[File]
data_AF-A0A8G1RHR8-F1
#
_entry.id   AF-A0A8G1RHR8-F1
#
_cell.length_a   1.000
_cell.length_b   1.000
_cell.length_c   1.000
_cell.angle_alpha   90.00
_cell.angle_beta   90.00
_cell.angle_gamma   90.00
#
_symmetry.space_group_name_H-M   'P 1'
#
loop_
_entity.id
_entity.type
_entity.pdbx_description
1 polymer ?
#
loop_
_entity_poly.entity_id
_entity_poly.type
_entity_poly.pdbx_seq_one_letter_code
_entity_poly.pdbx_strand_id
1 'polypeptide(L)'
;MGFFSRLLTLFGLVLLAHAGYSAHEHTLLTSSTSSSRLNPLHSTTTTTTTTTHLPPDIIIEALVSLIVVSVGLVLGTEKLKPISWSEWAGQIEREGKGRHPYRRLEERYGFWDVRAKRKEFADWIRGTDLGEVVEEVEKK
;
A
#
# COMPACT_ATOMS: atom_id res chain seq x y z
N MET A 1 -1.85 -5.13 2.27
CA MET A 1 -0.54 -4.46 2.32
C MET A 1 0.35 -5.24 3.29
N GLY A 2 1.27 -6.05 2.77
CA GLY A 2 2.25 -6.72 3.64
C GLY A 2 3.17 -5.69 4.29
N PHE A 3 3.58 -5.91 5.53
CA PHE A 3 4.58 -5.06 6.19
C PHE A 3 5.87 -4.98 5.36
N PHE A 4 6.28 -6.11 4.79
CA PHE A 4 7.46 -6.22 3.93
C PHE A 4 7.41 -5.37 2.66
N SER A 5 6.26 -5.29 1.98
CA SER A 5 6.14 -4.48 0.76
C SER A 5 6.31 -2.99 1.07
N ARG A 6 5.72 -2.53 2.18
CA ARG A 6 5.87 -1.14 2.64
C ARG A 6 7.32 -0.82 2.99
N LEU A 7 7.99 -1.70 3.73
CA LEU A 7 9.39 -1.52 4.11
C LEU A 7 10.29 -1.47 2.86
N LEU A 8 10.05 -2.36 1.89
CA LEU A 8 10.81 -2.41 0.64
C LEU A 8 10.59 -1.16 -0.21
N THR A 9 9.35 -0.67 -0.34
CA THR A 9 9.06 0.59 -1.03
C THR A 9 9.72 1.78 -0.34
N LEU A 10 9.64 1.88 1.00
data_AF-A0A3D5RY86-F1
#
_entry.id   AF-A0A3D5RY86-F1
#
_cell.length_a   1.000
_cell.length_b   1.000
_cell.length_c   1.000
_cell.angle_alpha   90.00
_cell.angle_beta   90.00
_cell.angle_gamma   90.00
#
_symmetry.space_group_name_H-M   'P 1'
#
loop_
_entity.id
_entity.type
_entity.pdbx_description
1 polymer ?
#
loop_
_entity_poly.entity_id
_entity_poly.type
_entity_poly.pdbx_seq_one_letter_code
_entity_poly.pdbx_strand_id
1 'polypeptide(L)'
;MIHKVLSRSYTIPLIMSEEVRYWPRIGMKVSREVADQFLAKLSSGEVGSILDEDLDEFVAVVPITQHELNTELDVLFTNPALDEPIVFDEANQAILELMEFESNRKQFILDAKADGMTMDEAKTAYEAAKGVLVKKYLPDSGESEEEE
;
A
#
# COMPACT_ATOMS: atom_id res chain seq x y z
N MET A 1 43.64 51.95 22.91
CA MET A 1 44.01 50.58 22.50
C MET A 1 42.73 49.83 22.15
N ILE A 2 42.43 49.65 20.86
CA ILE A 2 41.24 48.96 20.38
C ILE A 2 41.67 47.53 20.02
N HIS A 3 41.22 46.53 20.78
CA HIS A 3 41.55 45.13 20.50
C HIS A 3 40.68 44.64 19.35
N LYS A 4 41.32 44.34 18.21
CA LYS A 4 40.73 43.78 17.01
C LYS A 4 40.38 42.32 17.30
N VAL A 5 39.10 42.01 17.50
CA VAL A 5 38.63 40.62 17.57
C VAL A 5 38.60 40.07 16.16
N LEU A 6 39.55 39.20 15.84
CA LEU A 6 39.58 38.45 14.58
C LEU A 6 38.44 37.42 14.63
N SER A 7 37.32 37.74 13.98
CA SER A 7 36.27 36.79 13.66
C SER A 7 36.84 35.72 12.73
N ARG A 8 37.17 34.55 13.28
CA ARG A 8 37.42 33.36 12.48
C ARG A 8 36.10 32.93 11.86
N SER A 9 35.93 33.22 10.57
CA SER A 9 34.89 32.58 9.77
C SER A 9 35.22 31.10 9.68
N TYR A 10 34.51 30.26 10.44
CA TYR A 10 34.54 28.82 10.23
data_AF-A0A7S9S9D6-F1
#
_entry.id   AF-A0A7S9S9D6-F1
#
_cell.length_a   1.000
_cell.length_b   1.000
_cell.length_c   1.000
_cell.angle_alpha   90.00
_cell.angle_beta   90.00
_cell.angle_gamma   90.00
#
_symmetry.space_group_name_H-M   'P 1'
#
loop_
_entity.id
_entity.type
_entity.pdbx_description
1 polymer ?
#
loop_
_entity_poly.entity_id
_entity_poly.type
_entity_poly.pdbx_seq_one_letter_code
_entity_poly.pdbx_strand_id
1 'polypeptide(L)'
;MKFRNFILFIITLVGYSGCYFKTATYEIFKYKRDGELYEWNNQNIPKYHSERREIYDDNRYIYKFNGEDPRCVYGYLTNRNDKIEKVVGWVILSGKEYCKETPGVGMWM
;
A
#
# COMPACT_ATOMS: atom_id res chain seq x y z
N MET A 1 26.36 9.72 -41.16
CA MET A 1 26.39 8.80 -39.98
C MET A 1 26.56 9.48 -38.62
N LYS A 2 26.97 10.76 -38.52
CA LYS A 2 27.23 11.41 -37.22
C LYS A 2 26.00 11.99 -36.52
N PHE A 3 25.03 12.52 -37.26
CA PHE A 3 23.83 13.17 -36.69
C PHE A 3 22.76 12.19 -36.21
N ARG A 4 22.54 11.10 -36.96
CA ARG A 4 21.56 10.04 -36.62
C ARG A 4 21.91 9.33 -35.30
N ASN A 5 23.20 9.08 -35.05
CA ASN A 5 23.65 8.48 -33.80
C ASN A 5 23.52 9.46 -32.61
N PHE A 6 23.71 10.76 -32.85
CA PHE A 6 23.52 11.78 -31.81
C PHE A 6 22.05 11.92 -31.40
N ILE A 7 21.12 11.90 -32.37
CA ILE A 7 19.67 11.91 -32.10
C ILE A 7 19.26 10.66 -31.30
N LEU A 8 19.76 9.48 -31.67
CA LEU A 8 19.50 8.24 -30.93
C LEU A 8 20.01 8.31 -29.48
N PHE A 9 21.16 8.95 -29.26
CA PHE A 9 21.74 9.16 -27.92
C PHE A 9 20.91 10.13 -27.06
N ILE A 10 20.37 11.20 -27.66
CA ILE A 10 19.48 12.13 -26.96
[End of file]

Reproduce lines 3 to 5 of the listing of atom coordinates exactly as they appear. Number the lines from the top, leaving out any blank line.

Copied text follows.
_entry.id   AF-A0A8G1RHR8-F1
#
_cell.length_a   1.000